By Jack Holland
Though many thousands of troops have been involved in the 30 years of political conflict in Northern Ireland, probably only two instantly recognizable names have come from within British army ranks: Brigadier Frank Kitson and Capt. Robert Nairac.
Kitson became known through his advocacy in the early 1970s of "counter-gangs." Captain Nairac’s fame — or infamy, in nationalist circles — sprang up after his disappearance in 1977. Ever since, he has been associated with the Special Air Services, the undercover British army unit also known as the Troop. Which is ironic, his biogapher John Parker points out in "Death of A Hero: Captain Robert Nairac, GC, and the undercover war in Northern Ireland" (Metro Books 1999), because Nairac was never in the SAS. This is just one of the many anomalies and mysteries that surround the man who was snatched from The Three Steps Inn at Drumintee near the border on the night of May 14, never to be seen again.
The man who emerges from these pages, based on information derived from extensive interviews the author conducted with a couple of SAS officers, members of military intelligence, a few friends of Nairac, and his old teachers, is very different from what might be expected given that the subject lived his last years fighting on the invisible front line of the dirty war of counter-insurgency operations. It was a dirty war of intrigue and spying, of informers, deceit and dubious characters who moved between the security forces and paramilitary death squads. But most anomalous of all — if the facts presented here are to be believed — it was a world for which Captain Robert Nairac was in many ways spectacularly unsuited.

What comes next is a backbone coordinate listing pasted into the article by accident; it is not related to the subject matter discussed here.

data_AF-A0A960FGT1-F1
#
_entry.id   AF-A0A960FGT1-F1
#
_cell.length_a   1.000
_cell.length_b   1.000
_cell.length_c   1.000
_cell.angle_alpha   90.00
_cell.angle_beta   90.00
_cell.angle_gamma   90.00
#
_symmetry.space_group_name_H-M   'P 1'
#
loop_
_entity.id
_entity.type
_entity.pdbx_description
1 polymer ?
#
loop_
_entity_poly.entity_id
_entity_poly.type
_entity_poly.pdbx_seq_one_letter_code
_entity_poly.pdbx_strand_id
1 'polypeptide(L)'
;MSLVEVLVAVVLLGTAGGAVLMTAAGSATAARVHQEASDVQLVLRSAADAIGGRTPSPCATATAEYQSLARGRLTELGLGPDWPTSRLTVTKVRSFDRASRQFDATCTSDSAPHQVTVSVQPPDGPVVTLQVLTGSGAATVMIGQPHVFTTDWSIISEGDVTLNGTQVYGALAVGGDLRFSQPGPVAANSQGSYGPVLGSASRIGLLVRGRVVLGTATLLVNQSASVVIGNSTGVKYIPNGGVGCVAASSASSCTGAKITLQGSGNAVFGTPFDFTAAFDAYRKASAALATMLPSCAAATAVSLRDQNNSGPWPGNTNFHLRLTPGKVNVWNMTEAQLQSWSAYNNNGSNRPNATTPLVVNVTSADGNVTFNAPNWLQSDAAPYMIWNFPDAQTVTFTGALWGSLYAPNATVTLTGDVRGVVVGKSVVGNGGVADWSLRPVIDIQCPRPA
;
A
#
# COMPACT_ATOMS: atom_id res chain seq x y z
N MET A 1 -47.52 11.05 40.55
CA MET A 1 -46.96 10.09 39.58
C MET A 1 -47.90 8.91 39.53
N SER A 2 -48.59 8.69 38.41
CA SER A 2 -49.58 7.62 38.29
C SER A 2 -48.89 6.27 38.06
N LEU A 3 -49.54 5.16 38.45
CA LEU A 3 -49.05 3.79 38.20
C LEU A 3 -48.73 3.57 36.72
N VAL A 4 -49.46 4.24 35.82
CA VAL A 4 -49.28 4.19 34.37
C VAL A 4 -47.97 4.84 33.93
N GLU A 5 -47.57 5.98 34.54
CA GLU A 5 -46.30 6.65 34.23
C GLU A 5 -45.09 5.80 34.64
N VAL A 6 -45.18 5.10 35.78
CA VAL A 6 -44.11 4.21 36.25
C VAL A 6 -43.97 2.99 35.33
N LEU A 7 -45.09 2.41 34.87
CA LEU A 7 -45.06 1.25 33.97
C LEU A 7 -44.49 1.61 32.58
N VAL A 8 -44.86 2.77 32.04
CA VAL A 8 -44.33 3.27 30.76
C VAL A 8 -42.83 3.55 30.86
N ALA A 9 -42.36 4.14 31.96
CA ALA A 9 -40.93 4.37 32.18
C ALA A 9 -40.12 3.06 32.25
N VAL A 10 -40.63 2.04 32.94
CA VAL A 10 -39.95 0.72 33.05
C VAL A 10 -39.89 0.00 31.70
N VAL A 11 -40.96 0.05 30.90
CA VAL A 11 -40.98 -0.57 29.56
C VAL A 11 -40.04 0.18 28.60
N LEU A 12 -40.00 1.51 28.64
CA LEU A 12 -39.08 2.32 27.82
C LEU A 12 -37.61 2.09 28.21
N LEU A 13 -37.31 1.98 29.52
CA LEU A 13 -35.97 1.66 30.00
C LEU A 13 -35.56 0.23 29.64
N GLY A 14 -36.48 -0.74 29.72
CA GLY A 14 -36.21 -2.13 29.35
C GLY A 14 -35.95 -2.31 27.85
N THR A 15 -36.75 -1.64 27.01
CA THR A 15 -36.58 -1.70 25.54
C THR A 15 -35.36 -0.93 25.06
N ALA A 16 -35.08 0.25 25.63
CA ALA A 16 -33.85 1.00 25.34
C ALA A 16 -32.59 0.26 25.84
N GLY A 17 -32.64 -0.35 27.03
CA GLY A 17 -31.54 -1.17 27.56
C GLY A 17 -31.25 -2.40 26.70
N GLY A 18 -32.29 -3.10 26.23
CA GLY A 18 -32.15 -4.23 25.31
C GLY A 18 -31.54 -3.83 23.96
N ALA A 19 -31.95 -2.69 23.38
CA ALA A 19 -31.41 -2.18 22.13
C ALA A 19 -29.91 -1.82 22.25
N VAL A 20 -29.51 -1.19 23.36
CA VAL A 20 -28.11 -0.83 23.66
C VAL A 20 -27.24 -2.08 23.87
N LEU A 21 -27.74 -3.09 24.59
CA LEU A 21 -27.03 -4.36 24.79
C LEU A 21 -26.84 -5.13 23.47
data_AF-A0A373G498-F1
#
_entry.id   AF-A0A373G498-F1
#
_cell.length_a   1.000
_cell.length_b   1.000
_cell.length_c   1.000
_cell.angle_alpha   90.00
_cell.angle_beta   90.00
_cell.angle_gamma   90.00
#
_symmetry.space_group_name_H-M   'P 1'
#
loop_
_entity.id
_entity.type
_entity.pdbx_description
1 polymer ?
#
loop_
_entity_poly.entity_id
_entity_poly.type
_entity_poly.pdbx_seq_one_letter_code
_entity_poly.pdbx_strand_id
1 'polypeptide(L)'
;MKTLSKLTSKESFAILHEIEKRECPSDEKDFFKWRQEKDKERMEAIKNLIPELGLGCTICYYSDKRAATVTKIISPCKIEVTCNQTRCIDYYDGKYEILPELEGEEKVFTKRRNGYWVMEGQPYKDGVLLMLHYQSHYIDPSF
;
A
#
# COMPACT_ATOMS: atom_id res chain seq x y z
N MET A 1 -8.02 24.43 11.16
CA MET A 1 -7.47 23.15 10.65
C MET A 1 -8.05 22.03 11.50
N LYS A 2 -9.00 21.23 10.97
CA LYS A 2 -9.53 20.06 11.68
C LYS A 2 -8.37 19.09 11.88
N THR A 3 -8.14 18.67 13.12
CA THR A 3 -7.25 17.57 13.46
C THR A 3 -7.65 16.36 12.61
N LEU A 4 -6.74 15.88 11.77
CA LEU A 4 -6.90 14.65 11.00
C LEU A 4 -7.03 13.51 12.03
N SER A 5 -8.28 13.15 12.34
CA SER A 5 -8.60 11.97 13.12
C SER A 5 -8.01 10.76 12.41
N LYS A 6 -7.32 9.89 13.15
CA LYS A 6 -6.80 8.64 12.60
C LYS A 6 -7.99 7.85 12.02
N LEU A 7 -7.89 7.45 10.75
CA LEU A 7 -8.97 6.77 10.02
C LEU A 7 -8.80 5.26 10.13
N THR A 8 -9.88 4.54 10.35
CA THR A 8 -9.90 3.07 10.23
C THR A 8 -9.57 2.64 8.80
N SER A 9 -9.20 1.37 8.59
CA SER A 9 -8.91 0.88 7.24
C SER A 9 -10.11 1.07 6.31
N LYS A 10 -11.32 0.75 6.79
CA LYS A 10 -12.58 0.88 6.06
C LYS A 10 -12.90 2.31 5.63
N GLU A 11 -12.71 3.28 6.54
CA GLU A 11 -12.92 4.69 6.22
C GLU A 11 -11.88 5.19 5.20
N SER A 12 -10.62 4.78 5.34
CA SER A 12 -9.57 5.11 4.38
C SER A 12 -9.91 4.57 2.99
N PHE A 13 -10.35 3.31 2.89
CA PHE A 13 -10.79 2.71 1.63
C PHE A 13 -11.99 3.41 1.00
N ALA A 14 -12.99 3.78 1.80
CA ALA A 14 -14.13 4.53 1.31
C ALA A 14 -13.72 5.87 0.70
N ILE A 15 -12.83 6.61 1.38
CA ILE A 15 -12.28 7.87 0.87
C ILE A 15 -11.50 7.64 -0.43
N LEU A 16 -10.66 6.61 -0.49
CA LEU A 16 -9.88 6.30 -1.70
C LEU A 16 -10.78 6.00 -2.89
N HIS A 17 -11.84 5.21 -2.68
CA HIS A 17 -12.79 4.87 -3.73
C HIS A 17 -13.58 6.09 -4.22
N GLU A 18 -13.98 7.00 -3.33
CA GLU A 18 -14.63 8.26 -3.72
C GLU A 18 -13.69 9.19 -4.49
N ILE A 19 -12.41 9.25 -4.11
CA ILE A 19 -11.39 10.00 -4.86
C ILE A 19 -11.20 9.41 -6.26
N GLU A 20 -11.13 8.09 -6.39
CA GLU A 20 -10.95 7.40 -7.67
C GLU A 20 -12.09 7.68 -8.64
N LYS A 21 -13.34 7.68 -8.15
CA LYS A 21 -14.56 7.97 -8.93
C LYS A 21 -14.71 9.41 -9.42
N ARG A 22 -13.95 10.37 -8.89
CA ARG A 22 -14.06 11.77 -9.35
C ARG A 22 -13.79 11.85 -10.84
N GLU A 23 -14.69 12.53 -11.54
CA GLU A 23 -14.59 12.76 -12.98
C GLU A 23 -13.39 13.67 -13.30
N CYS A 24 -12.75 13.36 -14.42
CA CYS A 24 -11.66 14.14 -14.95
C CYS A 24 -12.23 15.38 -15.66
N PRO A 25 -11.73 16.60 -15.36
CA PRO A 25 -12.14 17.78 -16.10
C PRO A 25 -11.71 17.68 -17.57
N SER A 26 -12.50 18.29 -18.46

The manner of his death would indicate this anyway. After all, what as an undercover British soldier, with an upper-class accent, doing singing republican songs, masquerading as a Belfast Official IRA man, late at night in a South Armagh pub and without back up? Whatever it was it was somewhat reckless of him, to say the least. But this account of Nairac’s military activities in Northern Ireland clearly show that recklessness, indeed extreme carelessness, was his chief characteristic.
The author puts it down to a "romantic" strain in the young officer, who attended Ampleforth, an exclusive college for upper-class English Catholics, and then Oxford, falling in love with the derring-do image of such figures as Lawrence of Arabia. Nairac spent his holidays fishing in Ireland, and made friends with a well-known Anglo-Irish family called Morris, with one of whose scions he attended college. (George Redmond Fitzpatrick Morris, like his father, Michael, was a filmmaker. Ironically enough, among those films Morris helped make were two about the IRA — "The Crying Game" and "Michael Collins.") His trips to Ireland, says Parker, gave him a love of the country, its people and history. He particularly admired Collins, according to the book. "Nairac studied the legacy of Collins," writes Parker. "At the time, he had no thoughts about his own career. Far less did he realize that he would eventually choose a path that would take him almost immediately back to Ireland" and that "would eventually lead him to head-on confrontation with the inheritors of Collins’s dream."